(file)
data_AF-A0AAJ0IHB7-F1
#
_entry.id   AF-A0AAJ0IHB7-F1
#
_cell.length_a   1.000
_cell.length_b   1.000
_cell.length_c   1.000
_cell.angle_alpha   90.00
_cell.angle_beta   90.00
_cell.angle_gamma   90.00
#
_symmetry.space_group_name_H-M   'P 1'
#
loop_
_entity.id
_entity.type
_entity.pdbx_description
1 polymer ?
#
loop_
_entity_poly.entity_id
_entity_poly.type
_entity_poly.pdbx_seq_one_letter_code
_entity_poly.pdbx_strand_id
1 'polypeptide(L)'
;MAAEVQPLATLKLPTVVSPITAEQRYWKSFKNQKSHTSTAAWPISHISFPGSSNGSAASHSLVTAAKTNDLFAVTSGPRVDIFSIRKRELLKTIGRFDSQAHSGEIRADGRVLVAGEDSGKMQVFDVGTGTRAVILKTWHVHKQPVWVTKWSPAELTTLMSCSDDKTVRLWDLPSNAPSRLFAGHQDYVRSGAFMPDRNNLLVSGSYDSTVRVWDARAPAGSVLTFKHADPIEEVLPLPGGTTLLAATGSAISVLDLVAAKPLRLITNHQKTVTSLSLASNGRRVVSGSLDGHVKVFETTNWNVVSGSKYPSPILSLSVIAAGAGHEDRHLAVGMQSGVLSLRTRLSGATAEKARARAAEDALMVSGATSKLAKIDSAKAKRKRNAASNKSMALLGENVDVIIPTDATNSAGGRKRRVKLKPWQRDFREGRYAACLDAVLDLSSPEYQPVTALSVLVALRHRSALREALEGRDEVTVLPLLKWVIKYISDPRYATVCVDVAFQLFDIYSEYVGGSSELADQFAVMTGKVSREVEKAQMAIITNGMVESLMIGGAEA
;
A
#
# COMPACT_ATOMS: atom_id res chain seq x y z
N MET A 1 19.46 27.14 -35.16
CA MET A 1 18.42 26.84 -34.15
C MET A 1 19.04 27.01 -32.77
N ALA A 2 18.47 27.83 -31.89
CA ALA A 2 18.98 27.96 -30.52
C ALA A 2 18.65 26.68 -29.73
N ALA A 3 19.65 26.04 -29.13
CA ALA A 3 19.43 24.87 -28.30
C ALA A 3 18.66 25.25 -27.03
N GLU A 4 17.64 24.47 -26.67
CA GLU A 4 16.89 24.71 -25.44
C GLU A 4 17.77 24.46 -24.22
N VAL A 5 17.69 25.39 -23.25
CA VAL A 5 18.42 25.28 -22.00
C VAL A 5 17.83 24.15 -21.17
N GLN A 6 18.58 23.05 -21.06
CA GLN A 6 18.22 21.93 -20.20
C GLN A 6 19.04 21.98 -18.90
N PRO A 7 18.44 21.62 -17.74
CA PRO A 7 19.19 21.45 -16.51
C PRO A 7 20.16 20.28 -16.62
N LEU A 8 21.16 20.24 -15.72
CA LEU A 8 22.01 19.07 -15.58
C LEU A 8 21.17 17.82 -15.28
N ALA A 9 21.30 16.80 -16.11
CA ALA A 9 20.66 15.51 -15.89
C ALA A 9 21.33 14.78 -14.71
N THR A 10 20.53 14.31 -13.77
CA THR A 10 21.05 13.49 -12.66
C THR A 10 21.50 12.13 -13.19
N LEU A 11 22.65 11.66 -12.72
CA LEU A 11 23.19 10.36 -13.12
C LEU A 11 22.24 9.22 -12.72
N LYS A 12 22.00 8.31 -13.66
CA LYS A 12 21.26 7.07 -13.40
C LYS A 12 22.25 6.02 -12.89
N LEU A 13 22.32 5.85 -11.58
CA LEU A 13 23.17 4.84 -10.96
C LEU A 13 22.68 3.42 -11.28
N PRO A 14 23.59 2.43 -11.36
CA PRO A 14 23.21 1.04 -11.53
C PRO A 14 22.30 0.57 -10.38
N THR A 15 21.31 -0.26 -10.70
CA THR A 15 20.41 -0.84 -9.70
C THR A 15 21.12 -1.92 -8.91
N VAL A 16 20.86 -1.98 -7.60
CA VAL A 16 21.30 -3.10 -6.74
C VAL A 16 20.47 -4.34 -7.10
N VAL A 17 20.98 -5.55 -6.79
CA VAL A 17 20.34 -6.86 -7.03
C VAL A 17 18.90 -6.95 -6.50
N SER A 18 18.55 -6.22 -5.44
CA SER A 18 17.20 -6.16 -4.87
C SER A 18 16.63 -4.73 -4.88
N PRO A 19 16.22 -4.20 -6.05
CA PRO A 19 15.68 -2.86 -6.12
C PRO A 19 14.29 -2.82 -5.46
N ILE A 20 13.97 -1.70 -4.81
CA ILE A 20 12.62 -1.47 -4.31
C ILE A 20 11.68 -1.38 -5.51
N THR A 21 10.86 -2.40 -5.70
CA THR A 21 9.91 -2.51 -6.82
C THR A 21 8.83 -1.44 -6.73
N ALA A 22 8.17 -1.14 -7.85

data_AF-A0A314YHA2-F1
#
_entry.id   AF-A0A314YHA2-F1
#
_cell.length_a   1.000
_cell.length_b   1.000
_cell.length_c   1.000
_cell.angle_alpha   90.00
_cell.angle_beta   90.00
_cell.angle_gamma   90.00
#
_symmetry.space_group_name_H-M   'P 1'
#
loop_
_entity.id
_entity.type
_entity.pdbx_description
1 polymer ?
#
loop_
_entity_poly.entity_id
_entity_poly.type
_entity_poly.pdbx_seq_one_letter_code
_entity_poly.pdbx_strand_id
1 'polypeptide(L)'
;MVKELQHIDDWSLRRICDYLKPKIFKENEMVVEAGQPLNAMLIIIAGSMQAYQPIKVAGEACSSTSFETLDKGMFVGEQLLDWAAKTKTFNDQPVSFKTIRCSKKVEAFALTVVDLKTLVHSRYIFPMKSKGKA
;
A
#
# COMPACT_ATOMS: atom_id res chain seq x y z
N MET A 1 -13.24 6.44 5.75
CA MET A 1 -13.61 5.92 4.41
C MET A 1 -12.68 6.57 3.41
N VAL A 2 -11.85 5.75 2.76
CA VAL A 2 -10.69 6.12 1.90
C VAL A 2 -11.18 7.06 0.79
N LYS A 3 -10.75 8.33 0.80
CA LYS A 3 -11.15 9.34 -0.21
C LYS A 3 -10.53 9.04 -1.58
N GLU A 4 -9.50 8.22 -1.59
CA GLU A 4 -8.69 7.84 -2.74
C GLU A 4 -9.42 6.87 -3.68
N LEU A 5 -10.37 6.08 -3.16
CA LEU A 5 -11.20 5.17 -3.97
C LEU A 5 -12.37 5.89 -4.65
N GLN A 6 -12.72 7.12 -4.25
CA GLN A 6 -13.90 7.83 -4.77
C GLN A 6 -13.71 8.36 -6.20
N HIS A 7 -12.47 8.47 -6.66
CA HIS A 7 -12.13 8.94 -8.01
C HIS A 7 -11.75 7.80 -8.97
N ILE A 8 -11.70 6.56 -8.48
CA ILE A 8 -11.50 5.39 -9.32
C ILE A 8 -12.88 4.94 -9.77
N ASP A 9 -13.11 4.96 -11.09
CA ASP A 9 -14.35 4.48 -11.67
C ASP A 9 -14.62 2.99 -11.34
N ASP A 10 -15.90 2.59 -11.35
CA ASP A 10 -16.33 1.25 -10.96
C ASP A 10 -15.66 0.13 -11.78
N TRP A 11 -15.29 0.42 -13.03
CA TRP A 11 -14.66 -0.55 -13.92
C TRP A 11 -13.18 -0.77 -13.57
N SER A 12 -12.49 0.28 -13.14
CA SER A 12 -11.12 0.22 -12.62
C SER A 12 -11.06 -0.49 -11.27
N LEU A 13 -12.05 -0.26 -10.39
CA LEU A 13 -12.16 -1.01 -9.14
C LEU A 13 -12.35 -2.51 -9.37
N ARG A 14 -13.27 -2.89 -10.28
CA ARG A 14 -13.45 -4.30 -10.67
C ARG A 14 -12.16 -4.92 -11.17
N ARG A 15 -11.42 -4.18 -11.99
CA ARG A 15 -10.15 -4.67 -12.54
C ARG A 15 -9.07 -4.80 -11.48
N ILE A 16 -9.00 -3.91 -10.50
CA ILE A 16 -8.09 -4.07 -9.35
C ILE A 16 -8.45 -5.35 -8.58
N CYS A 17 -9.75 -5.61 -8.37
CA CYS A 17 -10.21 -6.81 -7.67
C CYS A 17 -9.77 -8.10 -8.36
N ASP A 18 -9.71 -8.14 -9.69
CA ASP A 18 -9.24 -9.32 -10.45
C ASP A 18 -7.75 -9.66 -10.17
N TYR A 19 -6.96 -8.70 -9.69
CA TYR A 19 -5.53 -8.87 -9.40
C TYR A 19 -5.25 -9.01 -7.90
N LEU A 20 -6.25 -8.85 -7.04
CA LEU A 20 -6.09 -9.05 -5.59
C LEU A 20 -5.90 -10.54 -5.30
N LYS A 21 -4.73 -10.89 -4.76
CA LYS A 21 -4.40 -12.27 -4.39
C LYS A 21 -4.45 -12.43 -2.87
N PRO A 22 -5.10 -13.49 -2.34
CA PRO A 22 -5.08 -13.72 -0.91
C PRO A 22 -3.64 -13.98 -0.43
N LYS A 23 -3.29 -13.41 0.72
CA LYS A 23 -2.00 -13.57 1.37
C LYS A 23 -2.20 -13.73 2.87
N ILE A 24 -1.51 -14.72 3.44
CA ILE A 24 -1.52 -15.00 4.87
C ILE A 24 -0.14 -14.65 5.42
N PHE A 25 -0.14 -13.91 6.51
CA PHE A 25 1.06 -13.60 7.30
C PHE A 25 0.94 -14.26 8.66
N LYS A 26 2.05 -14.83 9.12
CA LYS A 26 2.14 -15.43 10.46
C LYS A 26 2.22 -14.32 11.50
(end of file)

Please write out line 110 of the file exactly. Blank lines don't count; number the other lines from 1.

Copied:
_entity.type